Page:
Engineers don’t have the sole responsibility of communicating technical debt in business terms. Product and business executives must hold their end of the bargain. They need to understand the implications of the organization’s technology roadmap on the product roadmap. Only then would teams find consensus on managing technical debt.
This alignment needs to come from the top. When the CTO and CPO find alignment in their strategic goals, it becomes easier for the team on the ground to prioritize issues in their sprints.
Product managers often have a better understanding of the UX side of the product compared to engineering. According to a report by Airfocus, only 5% of product managers know how to code, and 60% feel that technical training will help them perform better.
Aligning technical and product roadmaps helps teams understand hard requirements to achieve product goals. They gain a better understanding of dependencies in feature development. For example, if they want faster load times in the app, the technical roadmap will paint an accurate picture of the level of refactoring it entails.
4. Avoid Non Negotiable Deadlines
There is no better way to guarantee technical debt than to set non-negotiable deadlines. Various organizations publicly announce planned feature releases, which sets a hard target for developers. This inadvertently encourages developers to do whatever they can (read cut corners) to meet the target date, accumulating technical debt in the process.
Therefore, it helps to adopt the famous “underpromise, overdeliver” mantra in external communication and be a little vague about feature release dates. For example, note how Atlassian’s public roadmap mentions quarters instead of specific dates to give more cushion to their development teams. This helps maintain accountability without setting arbitrary target dates.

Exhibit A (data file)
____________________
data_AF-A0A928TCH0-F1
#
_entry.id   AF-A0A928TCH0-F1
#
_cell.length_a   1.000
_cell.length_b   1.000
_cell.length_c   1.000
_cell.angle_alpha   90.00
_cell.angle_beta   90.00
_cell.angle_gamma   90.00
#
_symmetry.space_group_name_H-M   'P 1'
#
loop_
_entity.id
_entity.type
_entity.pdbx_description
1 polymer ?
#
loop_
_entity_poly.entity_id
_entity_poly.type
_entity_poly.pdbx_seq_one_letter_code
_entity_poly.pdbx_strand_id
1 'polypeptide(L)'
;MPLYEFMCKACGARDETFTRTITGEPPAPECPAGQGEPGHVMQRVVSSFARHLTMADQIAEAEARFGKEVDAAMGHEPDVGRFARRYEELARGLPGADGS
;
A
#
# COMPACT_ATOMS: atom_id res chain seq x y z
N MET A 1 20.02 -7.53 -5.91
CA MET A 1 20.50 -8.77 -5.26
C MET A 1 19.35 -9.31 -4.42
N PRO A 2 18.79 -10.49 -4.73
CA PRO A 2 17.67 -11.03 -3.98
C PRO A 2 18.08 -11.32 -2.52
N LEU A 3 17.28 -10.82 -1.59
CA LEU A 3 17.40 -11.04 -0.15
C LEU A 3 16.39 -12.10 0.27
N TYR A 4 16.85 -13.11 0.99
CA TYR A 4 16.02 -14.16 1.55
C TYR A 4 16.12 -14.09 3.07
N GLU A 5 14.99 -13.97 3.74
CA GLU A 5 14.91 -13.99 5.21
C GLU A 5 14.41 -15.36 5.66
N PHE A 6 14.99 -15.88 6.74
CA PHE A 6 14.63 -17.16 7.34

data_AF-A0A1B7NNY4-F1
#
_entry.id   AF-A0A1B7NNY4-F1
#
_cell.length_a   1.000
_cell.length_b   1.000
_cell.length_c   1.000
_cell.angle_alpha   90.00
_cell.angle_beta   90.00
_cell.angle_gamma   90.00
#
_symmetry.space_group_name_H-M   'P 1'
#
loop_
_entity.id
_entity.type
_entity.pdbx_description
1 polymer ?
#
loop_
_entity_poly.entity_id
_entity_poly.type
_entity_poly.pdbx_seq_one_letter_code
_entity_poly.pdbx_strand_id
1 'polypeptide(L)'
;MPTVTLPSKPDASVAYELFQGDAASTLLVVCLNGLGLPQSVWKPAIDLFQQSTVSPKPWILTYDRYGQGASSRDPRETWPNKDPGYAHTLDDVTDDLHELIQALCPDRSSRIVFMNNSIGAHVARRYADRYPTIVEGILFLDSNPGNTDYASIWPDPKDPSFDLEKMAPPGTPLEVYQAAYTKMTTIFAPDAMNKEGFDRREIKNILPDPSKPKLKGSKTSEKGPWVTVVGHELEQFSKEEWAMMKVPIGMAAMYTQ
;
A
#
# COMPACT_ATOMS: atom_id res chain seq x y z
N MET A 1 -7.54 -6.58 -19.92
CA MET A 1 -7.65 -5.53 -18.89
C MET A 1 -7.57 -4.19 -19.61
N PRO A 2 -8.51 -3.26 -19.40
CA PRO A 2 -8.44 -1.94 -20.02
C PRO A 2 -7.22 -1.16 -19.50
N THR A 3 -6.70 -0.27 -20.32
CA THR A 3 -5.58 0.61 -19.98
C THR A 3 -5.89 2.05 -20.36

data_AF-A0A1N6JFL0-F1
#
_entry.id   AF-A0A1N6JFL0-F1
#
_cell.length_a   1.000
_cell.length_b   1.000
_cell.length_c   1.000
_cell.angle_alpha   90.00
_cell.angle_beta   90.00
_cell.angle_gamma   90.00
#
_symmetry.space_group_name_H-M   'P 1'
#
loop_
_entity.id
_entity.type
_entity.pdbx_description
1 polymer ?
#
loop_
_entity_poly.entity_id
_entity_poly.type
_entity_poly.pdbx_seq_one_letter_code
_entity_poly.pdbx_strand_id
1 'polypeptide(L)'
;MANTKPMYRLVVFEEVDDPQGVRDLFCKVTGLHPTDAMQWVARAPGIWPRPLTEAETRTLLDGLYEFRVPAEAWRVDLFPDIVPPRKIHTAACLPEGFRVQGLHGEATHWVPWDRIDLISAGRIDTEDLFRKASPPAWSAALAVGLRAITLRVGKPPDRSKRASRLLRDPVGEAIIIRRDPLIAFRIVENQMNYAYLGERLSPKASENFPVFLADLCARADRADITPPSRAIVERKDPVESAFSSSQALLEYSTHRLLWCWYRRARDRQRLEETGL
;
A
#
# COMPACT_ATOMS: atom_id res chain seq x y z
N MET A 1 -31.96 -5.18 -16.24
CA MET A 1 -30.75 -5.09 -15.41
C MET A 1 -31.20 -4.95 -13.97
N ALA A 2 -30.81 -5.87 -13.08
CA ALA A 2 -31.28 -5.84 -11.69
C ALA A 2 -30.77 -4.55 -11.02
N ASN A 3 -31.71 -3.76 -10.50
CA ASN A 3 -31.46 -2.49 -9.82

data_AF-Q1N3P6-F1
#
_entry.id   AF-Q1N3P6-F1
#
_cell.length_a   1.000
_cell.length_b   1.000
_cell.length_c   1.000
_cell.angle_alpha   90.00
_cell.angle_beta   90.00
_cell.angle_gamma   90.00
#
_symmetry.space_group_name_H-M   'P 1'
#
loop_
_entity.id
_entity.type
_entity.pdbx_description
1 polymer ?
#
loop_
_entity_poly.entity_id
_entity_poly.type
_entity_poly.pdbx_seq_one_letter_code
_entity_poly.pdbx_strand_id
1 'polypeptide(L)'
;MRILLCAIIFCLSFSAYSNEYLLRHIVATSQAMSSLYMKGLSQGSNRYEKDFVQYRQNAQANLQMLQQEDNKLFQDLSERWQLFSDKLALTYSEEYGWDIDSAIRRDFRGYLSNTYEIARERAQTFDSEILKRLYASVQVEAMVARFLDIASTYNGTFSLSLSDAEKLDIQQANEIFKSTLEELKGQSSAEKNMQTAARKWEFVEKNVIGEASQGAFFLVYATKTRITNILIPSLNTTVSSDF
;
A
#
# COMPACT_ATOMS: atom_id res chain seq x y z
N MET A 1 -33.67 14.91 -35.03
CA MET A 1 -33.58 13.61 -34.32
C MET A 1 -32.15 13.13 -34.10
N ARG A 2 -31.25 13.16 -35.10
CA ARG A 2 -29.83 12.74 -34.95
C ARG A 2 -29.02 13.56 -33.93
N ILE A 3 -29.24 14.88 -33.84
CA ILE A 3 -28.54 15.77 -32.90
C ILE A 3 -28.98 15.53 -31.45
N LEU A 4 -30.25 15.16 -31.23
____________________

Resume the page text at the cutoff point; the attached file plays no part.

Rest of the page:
Of course, there would be situations when hard deadlines are unavoidable. But that shouldn’t become the norm, and the subsequent sprints should allocate more time to technical debt to make up for aggressive feature releases.
5. Factor In Refactoring
When planning for stories at the start of a sprint, understand if they require refactoring. It’s better to have a discussion during planning than after a feature is launched. This allows the team to work on refactoring in parallel with feature development and make a more accurate estimation of the completion date.
Dedicating a percentage of each sprint to resolving technical debt is a much more sustainable approach than exclusive technical debt-focused sprints. Many high-performing teams dedicate 10-30% of their sprints to technical debt resolution and system maintenance.
Gateway to Application Modernization
Resolving technical debt often gives teams their first taste of application modernization. It can pave the way for more ambitious projects such as implementing micro-frontends, enabling micro-services, decoupling front-end and back-end, and hybrid application development.
If you would like help with managing technical debt, talk to Modus. Our team has helped some of the world’s leading enterprises accelerate product development with application modernization.
- Application Modernization Isn’t Just Fighting Legacy Tech
When radical innovations were rare, businesses could afford to treat application modernization as a sporadic…
- Security Assessment: Introduction, Process, and More
Learn more about our approach and process to a security assessment. Identify risks and get…